The photography of William Eggleston

A native Southerner raised on a cotton plantation in the Mississippi Delta, Eggleston has created a singular portrait of his native South since the late 1960s. After discovering photography in the early 1960s, he abandoned a traditional education and instead learned from photographically illustrated books by Walker Evans, Henri Cartier-Bresson, and Robert Frank. Although he began his career making black-and-white images, he soon abandoned them to experiment with color technology to record experiences in more sensual and accurate terms at a time when color photography was largely confined to commercial advertising. In 1976 with the support of John Szarkowski, the influential photography historian, critic, and curator, Eggleston mounted “Color Photographs” a now famous exhibition of his work at the Museum of Modern Art, New York. William Eggleston’s Guide , in which Szarkowski called Eggleston’s photographs “perfect,” accompanied this groundbreaking one-person show that established his reputation as a pioneer of color photography. His subjects were mundane, everyday, often trivial, so that the real subject was seen to be color itself. These images helped establish Eggleston as one of the first non-commercial photographers working in color and inspired a new generation of photographers, as well as filmmakers. 

Eggleston has published his work extensively. He continues to live and work in Memphis, and travels considerably for photographic projects. (x)


Post-mortem photography is the practice of photographing the recently deceased. All the women that appear in this picture were dead. The lowered one’s face was disfigured.

I’m going to disagree with this. Just because a photo is a little different doesn’t make it a post mortem. There is no suggestion here that the people pictured are deceased. It would be really REALLY weird if this group of women were dead and photographed together in matching attire. Usually when someone died and post mortem photography was used they would have the picture taken with their family or they would be posed by themselves. There is also no evidence of hollow, shrunken eyes (like on a cadaver) or an unusually stiff position that would suggest a stand is holding up a corpse.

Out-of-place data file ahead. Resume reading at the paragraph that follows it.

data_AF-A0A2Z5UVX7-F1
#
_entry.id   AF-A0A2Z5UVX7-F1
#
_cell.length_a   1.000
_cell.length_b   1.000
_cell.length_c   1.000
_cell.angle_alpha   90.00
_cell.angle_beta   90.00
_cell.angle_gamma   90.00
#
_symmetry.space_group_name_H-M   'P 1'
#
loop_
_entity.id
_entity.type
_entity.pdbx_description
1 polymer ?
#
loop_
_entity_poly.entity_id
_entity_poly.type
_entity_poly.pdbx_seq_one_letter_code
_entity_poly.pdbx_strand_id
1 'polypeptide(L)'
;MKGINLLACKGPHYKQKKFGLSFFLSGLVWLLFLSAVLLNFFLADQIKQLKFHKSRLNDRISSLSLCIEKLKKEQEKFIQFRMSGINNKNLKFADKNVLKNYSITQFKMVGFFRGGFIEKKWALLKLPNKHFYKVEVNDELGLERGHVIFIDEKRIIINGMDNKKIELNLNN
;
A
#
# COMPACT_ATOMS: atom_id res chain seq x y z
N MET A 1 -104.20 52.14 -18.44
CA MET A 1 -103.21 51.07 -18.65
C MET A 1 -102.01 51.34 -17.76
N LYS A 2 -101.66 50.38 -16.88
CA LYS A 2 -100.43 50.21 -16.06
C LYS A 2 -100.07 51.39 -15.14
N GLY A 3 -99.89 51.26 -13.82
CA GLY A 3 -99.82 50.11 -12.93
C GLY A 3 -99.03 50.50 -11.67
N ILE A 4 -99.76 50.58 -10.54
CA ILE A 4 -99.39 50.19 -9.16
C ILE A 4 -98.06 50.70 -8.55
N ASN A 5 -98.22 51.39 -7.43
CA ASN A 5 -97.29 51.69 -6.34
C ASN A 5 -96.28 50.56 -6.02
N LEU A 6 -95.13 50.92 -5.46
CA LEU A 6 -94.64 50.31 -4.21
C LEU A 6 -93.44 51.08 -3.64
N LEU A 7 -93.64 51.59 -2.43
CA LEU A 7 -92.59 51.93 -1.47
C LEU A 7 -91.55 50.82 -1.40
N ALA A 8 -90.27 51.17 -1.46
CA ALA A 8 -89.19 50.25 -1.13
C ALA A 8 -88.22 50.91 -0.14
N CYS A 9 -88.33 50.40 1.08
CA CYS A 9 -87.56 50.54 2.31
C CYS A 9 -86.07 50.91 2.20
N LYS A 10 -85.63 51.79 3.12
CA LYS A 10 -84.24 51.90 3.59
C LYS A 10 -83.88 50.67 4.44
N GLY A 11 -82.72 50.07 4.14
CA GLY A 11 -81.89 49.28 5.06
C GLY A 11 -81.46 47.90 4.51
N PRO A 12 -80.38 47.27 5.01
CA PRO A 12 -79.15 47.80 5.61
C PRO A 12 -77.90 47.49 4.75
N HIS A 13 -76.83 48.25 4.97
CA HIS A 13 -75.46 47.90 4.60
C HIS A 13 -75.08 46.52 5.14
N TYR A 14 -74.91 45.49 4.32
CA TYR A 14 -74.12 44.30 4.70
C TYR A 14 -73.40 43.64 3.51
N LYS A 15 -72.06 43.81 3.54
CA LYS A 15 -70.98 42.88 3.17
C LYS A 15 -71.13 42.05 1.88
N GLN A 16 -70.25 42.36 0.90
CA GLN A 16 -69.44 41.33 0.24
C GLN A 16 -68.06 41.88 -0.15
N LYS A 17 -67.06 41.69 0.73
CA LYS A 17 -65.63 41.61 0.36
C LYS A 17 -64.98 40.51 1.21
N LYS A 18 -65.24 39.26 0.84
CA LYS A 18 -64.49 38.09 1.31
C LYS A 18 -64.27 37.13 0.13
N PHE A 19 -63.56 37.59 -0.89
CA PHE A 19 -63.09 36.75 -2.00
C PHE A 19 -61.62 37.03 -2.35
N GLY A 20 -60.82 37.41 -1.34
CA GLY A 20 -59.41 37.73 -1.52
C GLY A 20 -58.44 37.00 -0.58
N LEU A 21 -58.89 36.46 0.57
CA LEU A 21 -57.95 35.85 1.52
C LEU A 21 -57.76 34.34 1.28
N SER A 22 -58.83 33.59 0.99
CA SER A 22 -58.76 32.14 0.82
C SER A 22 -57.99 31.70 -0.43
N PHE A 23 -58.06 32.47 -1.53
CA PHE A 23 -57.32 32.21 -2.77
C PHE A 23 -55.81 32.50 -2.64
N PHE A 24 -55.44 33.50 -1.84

As for the “disfigured” woman, she probably turned around to fix her dress or something like that when the photo was taken. This would be like if you took a family portrait but you blinked. They weren’t able to delete photos so they probably just kept it.

Just because a photo is old and a little weird doesn’t make it a post mortem!!!


Photography series by UWE student Dan Wye. The series is called Ageing Oak and was shot in The Natural History Museum and looks into the human obsession of preserving life. The main focus of the series is on Natural History displays and taxidermy. Dan’s personal interests lie in the scientific side of taxidermy as it is considered to be a reputable way of presenting a specimen but yet most are posed by people who would never have seen the creature in the wild. It is this pseudo-science that he  looks to explore within this series. 

You can see more of Dan’s work on